Monday, February 01, 2010

Expiration Dates

Hi Dr. Kate,

If birth control pills are expired, or about to expire, but they are still in the original sealed, unopened package without punctures and have been stored in a cool, dry area away from heat and humidity, are they still safe to use and still effective at preventing pregnancy if taken correctly? Is an expired but unopened/sealed condom package stored in a cool, dry area away from heat and humidity still safe, usable and effective at preventing pregnancy when used correctly? These types of expiration dates on BC and condom packages confuse me, for example: the expiration info on a package of birth control pills/sealed condom shows the following: Exp. 12/10 (Meaning it expires December 2010). Exactly
WHEN does it expire? Does it expire on December 1st, 2010, or on December 31st, 2010?

Thank you so much!

J


Dear J,

The good news is that you have the entire month of the expiration date to use the product (pills or condoms). In your example, the pills/condoms expire on December 31st.

The bad news is that these products really shouldn't be used after this date. Even if you've treated them with TLC (they haven't been baked in high heat or had their packaging damaged), the manufacturer can't guarantee effectiveness after this date. Now, if you're about to have sex, and the only thing you have on hand is an expired condom, I would still use it - an expired condom is better than no condom at all. There's no way to estimate how much less effective the pills or condoms would be after the use-by date, though. So it's best to keep track of your birth control stash, and make sure you're prepared for sex with the freshest contraception you can.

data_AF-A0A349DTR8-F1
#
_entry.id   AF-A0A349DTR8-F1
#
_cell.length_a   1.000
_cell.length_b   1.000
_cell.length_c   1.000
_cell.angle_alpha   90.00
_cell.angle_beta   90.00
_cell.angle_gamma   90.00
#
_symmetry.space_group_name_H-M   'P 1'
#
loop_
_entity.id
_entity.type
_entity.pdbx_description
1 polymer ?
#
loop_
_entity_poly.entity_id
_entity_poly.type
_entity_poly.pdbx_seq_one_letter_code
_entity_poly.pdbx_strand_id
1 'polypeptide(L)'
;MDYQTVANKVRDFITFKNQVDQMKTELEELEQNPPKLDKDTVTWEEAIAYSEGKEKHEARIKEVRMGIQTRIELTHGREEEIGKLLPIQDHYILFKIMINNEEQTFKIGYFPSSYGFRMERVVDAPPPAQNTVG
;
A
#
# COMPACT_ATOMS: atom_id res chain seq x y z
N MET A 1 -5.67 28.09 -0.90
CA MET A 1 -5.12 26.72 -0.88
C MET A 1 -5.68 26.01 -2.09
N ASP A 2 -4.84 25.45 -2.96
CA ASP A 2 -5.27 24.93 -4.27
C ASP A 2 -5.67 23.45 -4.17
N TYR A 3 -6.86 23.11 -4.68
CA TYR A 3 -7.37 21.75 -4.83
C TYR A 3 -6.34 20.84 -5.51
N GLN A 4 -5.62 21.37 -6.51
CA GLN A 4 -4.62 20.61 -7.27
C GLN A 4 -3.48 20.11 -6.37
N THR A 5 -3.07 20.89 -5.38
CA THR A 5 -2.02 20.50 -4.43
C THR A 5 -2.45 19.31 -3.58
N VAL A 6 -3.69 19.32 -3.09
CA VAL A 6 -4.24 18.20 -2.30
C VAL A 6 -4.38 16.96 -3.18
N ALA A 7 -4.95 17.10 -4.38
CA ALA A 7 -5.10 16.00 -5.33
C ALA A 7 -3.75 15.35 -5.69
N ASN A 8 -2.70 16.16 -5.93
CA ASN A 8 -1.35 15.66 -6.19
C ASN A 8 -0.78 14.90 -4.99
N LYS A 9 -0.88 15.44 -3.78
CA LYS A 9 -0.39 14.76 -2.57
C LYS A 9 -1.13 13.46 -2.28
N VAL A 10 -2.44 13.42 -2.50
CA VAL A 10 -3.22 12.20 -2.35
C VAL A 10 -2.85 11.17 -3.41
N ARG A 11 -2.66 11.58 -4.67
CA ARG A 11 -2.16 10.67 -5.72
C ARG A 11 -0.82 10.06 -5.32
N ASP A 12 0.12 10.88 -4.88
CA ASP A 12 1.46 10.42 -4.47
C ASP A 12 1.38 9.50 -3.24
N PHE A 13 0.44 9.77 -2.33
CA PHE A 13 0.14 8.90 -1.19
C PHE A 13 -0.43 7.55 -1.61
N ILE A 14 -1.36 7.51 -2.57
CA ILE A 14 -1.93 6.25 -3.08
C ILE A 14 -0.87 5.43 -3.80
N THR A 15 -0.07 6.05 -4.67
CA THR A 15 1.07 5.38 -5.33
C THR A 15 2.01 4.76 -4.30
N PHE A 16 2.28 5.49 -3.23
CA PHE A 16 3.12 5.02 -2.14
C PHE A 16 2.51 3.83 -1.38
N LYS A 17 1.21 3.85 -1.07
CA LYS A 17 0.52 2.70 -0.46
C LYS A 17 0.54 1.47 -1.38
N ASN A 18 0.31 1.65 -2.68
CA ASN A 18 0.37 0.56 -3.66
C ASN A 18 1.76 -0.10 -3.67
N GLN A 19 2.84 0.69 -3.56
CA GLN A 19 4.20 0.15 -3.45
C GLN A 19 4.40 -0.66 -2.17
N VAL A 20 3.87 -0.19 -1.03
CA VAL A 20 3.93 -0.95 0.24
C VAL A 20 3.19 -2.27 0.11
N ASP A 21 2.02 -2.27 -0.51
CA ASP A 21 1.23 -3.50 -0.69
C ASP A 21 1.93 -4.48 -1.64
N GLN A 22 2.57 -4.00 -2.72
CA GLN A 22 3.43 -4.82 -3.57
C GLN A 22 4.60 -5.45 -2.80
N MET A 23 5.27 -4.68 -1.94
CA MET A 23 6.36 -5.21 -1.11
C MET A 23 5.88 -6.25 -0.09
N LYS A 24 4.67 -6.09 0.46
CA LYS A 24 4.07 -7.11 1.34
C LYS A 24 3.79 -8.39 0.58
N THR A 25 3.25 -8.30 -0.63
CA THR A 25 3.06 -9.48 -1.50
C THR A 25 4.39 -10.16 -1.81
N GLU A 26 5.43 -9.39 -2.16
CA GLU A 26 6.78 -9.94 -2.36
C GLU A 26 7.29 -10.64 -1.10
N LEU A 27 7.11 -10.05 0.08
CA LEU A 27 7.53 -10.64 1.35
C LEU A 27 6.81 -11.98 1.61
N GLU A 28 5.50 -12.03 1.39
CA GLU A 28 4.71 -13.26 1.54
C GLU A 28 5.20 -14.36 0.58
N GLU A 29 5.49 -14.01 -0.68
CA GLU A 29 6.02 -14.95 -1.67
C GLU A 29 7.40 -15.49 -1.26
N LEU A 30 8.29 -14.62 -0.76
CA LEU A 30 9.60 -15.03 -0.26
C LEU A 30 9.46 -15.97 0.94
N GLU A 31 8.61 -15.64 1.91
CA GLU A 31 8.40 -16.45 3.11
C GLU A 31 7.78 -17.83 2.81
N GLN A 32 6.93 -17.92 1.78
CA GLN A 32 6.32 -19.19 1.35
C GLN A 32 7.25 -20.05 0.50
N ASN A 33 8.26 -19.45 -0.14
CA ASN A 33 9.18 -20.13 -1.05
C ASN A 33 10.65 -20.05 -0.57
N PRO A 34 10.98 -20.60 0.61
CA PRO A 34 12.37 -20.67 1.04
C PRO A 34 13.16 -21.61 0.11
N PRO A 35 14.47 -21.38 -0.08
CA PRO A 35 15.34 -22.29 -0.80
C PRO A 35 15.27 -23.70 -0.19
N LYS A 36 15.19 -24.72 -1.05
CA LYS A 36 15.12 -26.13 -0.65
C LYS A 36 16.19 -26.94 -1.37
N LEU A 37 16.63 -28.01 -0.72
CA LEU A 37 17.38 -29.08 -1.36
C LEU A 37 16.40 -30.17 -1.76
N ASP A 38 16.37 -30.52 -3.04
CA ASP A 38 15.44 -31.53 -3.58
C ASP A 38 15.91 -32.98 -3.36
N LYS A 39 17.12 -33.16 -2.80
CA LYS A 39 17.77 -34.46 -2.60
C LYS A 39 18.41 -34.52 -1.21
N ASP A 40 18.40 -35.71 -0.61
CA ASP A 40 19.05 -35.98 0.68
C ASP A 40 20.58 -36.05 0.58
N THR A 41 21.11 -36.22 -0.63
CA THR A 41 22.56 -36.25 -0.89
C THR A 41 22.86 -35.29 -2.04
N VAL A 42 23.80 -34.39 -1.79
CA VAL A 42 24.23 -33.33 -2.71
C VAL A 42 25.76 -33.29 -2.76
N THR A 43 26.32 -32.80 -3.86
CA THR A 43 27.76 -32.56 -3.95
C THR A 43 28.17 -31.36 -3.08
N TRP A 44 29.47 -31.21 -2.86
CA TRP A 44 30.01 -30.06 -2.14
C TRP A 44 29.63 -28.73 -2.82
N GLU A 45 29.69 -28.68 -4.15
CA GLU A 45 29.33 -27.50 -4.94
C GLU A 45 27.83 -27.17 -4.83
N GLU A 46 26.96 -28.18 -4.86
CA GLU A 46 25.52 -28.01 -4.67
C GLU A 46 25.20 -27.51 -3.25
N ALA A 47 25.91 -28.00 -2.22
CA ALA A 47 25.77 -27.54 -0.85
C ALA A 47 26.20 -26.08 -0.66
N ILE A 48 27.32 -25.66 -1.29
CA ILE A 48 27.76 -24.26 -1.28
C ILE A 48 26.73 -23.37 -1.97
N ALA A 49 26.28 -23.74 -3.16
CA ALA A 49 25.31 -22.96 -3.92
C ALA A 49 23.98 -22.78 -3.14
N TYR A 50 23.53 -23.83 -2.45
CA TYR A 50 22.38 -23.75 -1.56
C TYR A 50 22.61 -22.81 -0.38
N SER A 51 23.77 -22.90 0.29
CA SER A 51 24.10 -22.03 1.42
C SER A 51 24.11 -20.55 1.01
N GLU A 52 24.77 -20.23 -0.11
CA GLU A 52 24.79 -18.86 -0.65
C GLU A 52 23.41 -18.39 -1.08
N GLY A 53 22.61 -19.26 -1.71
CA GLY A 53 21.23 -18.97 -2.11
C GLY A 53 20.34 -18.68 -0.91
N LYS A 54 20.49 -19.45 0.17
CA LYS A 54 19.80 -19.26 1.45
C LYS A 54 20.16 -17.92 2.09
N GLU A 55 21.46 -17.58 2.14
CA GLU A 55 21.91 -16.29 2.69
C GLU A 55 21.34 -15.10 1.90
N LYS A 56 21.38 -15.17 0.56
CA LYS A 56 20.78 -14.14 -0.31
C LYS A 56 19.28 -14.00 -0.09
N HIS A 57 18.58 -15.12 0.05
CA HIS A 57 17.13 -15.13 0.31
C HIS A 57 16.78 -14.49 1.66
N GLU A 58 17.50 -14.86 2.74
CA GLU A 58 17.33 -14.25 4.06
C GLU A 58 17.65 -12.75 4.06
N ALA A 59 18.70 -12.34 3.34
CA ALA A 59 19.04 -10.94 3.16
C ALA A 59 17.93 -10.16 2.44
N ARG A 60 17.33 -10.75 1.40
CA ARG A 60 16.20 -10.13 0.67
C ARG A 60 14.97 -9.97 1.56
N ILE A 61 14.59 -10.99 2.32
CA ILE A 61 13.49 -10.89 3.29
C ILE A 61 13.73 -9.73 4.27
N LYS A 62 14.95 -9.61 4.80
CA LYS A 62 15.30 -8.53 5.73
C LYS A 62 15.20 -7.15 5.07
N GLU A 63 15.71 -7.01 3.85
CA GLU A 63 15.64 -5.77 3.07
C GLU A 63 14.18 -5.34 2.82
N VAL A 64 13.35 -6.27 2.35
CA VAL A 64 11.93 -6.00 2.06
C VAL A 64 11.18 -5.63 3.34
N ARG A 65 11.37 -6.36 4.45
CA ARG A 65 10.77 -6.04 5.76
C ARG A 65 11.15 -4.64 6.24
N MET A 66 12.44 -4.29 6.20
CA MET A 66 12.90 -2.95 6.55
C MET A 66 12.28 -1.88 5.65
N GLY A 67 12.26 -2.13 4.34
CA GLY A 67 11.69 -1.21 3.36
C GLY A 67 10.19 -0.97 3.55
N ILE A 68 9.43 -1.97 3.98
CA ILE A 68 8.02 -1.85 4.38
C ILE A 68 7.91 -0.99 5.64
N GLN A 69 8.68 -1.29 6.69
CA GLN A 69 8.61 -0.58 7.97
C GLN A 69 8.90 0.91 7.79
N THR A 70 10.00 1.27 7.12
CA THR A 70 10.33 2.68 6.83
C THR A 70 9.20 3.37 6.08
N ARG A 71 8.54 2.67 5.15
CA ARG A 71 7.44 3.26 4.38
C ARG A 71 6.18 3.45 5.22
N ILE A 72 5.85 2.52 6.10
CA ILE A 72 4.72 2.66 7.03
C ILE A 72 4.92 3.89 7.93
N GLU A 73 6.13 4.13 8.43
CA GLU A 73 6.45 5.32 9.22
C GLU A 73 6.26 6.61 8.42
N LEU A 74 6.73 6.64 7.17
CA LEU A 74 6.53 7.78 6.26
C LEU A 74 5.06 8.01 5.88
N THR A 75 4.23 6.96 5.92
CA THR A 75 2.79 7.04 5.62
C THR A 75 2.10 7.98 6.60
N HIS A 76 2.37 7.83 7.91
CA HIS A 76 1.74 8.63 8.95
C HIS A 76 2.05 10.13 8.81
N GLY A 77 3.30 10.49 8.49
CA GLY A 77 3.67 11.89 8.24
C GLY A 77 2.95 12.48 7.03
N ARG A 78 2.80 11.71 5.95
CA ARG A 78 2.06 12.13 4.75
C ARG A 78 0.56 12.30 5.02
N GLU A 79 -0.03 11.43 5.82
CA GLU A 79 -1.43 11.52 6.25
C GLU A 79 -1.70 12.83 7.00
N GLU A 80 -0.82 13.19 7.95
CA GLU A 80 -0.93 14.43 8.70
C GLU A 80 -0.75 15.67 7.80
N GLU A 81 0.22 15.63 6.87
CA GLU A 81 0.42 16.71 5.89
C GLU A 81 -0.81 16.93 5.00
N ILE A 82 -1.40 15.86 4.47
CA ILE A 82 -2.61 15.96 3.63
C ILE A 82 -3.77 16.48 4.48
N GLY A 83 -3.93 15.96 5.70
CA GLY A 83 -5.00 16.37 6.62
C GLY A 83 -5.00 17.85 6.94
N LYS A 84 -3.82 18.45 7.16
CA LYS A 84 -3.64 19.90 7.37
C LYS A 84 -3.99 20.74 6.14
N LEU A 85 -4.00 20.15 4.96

Best of health,
Dr. Kate

Photo credit: Chazz Layne

2 comments:

apeironer said...

Sorry but your answer is incorrect. at least about the birth control. I have been a pharmacy tech for 3 years now and if the expiration date is printed on the actual birth control package by the manufacturer that is an expiration date for the pharmacy. The actual medication is good for a year after that. It is done that why to ensure that people never get expired product and those packages are collected and sold to another company which resells them. If you still have the sticker from the pharmacy on the package it should indicate that the pills are good for 1 year after dispensed.

Dr. Kate said...

Apeironer, that's great to know. But if someone doesn't have a pharmacy sticker on the package with another expiration date, I still think it's safest to go by the date on the package.